Unsigned Hype. My close friends and family members get a kick out
of reading the book because they know all of the connections! For
example, I was born in Mount Vernon, lived in Harlem, attended
Norfolk State University, and now live in Newburgh. All of those
places are in the book. Furthermore, my dad taught school at PS 175
in Harlem just like Tory’s father did. As a matter of fact, nothing
in the story is arbitrary, even down to the details such as Tory
standing up while he rides the 2 train downtown from 241st in the
Bronx!

In addition to being a novelist and filmmaker, you are also a
teacher. What lessons do you hope readers will learn from Unsigned
Hype?

The most important lesson that readers can learn from Unsigned Hype
is that you can work hard and achieve your dreams without selling
your soul. Our world is so materialistic that riches and fame are
pursued regardless of the cost. A wise man once said, “What does it
profit a man to gain the whole world but lose his soul? Or what
would a man give in exchange for his soul?” I wish that more people
in our communities would seriously consider these questions.

What advice would you offer to the fledgling Torys and Fat Mikes
that read your novel?

Know your purpose. This will allow you to easily determine if
something is an obstacle or an opportunity to you fulfilling your
God given purpose. If you have no idea why you were put on this
planet (and believe me you were put here for a specific reason)
your life will lack fulfillment and you will constantly be in
search of happiness. There can be nothing worse that getting to the
end of your road and realizing that you were going the wrong way
your entire life. Trust me, no matter how much money you make, you
will feel like your life was a waste. And to a certain extent it
was. God put you here to accomplish something, and the only thing
you accomplished is what you thought was right. That won’t benefit
you in this life or the next.

Any plans to bring Tory’s tale to life on the screen – big or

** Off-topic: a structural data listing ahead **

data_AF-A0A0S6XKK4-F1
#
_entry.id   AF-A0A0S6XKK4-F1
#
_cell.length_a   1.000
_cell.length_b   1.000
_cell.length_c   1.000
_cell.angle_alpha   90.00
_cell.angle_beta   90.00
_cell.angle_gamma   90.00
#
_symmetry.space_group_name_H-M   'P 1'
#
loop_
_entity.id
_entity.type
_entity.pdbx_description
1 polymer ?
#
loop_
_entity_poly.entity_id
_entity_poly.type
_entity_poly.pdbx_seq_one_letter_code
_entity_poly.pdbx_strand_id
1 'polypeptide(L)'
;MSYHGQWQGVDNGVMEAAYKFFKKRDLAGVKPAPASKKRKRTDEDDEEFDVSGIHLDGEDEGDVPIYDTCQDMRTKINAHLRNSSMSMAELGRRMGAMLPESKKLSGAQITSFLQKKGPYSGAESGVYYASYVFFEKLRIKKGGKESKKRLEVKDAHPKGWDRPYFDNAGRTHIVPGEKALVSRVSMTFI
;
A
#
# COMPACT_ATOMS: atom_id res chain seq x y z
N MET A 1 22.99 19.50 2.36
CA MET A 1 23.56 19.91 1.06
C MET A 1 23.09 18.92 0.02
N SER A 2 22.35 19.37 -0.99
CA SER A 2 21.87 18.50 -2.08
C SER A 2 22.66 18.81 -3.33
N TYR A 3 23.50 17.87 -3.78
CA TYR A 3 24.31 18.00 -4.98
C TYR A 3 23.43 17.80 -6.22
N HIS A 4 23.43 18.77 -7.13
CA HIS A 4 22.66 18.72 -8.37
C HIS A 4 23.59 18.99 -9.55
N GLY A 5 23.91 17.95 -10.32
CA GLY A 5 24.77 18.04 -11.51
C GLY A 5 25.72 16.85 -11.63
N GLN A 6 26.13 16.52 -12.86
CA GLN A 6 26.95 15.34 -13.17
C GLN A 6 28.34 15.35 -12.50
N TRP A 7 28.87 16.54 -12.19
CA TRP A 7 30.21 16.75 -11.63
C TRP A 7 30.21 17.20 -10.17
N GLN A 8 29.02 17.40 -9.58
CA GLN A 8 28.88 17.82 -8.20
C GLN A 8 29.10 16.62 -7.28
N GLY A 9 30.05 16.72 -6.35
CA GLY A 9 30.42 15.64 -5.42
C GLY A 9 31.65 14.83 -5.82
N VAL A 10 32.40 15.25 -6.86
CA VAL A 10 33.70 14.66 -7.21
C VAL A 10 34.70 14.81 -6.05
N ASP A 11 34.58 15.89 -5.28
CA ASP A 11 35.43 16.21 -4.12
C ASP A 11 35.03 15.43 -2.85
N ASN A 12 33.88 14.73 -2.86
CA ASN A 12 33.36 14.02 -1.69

small?

That is presently in the works. Producer Stephanie Allain Bray
(Hustle & Flow, Black Snake Moan) is attached to produce. She
is pitching Unsigned Hype to studios and networks as either a
feature film or an episodic television series. We have gotten
interest from a couple of networks and production companies, but
the process is ongoing until we settle on what situation makes the
most sense in the current market.

What other projects are you working on?

My second novel Snitch will be published in the spring of 2011. It
is a social commentary on snitching in the African American
community. I’m really excited about that! I will be finished with
the manuscript in the next couple of months. Parts 2 and 3 of
Unsigned Hype will come out after Snitch. Prayerfully, Unsigned
Hype the TV show will be coming soon to a network near you!

Even with your success in film, did you find that you had to go
the extra mile to establish your “street cred” as a
novelist?

A major part of the marketing for Unsigned Hype has emphasized that
as an ex rapper who became a filmmaker who directed hip hop music
videos, I am versed in the world that I write about in Unsigned
Hype. Fortunately, the book has gotten incredible reviews,
significant press coverage and has won and been nominated for a
couple of awards. So at this point, the novel has developed legs of
its own and speaks for itself.

What are your thoughts on the predicted obsolescence of the
printed word on paper?

Obsolescence will never happen, even as we see a rise in the use of
e-books. There will always be a market that requires and/or desires
bound books. The prognosticators said that radio would become
obsolete once movies came out. Then they said that movies would
become obsolete when television came on the scene. Now they’re
saying that television will become obsolete due to the rise of the
computer. However, what we have seen (and I contend that printed
words on paper will follow a similar pattern) is that the shifts in
the market and changes in the frequency of usage have not resulted
in obsolescence for any of the aforementioned mediums.
M

December 2009